I did a bit of writing as a sample and had lunch with the staff where I was not surprised to find some interesting people, a number of travelers, artists, poets, and at least one undergoing a novel. I figured I could live with this bunch. The next day I got an offer and asked for a few days to consider.

The following day was the second interview the employment agent had lined up, this one with the textbook company Scott Foresman, famous then for its Dick, Jane, and Sally readers, though it published a wide range of other books, including college texts, and Thorndike-Barnhart dictionaries. This looked very much like a “straight” job. The offices were in a modern building with vast lawns in suburban Glenview, everyone wore suits, and I felt like I had to act a part to make the right impression. To be quite certain I could do that, I took some benzedrines before driving out for my interview. Here, too, my supposed language skills were the excuse for my being considered to work on a series of world literature books aimed at high school honors English classes. That head editor rapidly decided I wouldn’t fit their needs, but I had talked in such a scintillating manner that she referred me to a colleague who was directing the development of a four-year series of books aimed at “inner city” (meaning minority-dominated) schools.

I was to learn that Scott Foresman’s dedication to racial equality was influenced primarily by market forces. Mindful of the civil rights movement but also of Southern states, not a few of which had state-wide text adoption, the publisher had a number of versions of Dick, Jane, and Sally. One was immaculately white, another included darker faces in non-speaking roles, and a third had African-American characters who actually interacted with the angelic suburban stars. There did not seem to be an all-black edition, which must have been an oversight, as all-black schools certainly did (and do) exist. However, the burning cities of the mid-sixties summer riots had unnerved the powers that be enough to call for the War on Poverty and special funding for urban, under-performing, disadvantaged, education. So the corporations responded, and the project for which I was being considered was a result.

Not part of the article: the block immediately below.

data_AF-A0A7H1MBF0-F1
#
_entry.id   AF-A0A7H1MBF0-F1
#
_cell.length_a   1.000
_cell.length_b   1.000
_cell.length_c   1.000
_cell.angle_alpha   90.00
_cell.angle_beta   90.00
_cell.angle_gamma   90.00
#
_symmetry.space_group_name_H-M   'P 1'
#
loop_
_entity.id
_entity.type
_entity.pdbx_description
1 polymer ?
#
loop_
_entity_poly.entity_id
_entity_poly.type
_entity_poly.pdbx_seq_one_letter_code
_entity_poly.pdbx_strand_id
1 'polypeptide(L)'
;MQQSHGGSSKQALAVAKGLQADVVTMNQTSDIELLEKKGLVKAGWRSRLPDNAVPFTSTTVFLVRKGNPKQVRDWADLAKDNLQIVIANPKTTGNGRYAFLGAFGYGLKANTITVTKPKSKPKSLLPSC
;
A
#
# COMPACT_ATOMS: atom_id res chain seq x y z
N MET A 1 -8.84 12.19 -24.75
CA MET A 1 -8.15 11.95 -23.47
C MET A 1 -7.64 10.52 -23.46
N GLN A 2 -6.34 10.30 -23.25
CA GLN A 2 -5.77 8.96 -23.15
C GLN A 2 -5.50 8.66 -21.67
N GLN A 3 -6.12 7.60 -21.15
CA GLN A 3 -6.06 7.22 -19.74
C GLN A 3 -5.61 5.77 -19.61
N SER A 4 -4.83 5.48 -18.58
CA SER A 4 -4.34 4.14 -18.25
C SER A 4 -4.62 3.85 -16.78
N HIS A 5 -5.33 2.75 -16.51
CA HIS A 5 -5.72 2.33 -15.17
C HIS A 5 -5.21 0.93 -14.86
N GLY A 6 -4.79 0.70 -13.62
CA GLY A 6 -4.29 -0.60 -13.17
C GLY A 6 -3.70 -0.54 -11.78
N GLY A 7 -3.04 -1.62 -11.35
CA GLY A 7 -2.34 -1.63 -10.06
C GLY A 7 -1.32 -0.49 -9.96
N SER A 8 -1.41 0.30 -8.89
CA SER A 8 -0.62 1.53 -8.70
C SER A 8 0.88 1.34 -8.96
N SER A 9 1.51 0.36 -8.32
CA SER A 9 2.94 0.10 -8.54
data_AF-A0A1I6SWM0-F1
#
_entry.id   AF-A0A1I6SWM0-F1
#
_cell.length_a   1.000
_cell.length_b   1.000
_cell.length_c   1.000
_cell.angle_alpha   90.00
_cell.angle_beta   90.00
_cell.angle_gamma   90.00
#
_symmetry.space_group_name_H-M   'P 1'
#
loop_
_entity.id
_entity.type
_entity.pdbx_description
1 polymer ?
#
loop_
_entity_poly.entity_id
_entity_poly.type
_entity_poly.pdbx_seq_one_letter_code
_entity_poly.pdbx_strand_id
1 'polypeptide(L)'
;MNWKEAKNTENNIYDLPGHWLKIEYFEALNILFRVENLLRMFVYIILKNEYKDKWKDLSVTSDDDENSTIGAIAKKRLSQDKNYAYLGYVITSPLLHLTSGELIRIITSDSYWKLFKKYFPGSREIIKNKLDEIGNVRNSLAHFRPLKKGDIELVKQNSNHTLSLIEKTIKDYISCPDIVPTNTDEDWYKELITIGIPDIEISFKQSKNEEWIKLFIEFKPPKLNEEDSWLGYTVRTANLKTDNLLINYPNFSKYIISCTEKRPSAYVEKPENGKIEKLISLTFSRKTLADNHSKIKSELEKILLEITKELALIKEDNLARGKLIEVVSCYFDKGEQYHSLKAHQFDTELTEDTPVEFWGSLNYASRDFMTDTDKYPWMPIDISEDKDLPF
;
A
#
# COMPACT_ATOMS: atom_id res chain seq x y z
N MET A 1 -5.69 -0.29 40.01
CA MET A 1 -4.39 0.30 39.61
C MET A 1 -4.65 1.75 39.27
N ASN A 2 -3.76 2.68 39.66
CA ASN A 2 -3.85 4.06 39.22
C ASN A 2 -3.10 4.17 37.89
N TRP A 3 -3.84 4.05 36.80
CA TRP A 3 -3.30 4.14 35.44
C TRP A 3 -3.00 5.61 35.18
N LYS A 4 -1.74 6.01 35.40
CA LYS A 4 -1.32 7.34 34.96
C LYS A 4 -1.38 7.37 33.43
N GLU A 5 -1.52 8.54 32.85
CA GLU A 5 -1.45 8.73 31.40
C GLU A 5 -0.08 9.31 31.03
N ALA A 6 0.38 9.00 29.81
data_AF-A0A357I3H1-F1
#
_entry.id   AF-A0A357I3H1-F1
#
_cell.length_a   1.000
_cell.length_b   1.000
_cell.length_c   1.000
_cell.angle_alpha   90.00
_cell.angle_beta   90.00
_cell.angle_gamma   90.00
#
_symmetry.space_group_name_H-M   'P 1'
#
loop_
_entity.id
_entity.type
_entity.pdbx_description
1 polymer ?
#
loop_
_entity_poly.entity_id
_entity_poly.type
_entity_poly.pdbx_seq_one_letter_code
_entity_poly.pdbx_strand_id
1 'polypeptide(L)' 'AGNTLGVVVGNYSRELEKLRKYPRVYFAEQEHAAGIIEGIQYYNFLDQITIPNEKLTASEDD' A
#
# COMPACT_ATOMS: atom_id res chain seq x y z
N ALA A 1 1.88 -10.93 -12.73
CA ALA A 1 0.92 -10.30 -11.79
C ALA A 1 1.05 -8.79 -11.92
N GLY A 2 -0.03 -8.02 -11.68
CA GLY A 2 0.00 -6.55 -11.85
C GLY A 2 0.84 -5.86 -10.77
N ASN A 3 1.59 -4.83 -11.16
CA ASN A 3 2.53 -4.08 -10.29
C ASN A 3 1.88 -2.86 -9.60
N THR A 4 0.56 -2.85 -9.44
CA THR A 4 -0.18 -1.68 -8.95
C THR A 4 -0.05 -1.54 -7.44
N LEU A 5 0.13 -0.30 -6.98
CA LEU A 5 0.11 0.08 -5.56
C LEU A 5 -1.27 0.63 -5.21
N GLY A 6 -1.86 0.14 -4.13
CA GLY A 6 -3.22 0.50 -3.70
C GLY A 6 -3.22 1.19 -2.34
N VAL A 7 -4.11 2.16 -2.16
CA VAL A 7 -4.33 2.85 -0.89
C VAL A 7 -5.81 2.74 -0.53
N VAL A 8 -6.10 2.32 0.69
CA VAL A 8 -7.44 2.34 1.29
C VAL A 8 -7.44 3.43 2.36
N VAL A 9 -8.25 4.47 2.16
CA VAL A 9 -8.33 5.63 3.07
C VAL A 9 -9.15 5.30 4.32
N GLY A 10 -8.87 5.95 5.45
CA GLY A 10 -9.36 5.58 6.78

Little remains to tell. Perhaps because my recent experience as a VISTA volunteer attested to my suburbanite’s understanding of the underclass, I got an offer from Scott Foresman to be an editorial assistant. I considered. While I felt at home in the demi-mondaine atmosphere of the first option – it would have likely made a more entertaining story -- I possessed just enough prudence to realize that the second would look better on a resumé. So I accepted and spent a few years in a pleasant window office there (though more often hiding out in the carrel at the back of the library), living on very little on Chicago’s far North Side, amassing money to see the world. I learned that among the workers were no less a percentage of artistic, even hip, people than at the disreputable publisher: poets, artists, scholars, some real characters. I found that that to be a high school textbook editor was tantamount to being a high school textbook author. The concept for the series was attributed to a teacher but every word in the finished project, the selection of the readings, the teacher’s manual and other apparatus were all composed entirely in-house. I was told, “There has to be a working teacher as author. He can go and do publicity at professional meetings, but he doesn’t have time to actually write the thing.”

The pace was very comfortable. At least three hours out of four were my own. After a while I joined a simpatico car pool, most of the members of which went immediately to the subsidized cafeteria when we arrived to linger over coffee and pastries before even reporting to their areas. The director of another project hired a new editor, fresh from a spell at the Lama Commune where he had departed after the group failed to accept his suggestion that everyone act out the previous night’s dreams every morning. The fact was that his services were not really needed for six months. I came to understand this lassitude about our productivity when I saw a pie chart of the expenses of publication in which our work was almost unnoticeable among the costs of advertising, salesmen’s commissions, and the actual printing.

When I had to participate in large meetings with marketing staff or potential customers, my boss’s boss, vice-president of editorial services, sometimes made semi-embarrassed but good-humored references to my long hair or my Western boots, but I was never told to conform. I could perhaps have become too comfortable there.

As the time for my departure, known to me but not to them, approached, this v.p. began hinting that there was “something sweet” in store for me shortly. Realizing after sufficient clues that he meant a promotion I kept silent about leaving, thinking that to report a higher title would be advantageous in the future. I don‘t even recall if I made it to the position of “assistant editor,” but I am quite certain it would never have made any subsequent difference if I had.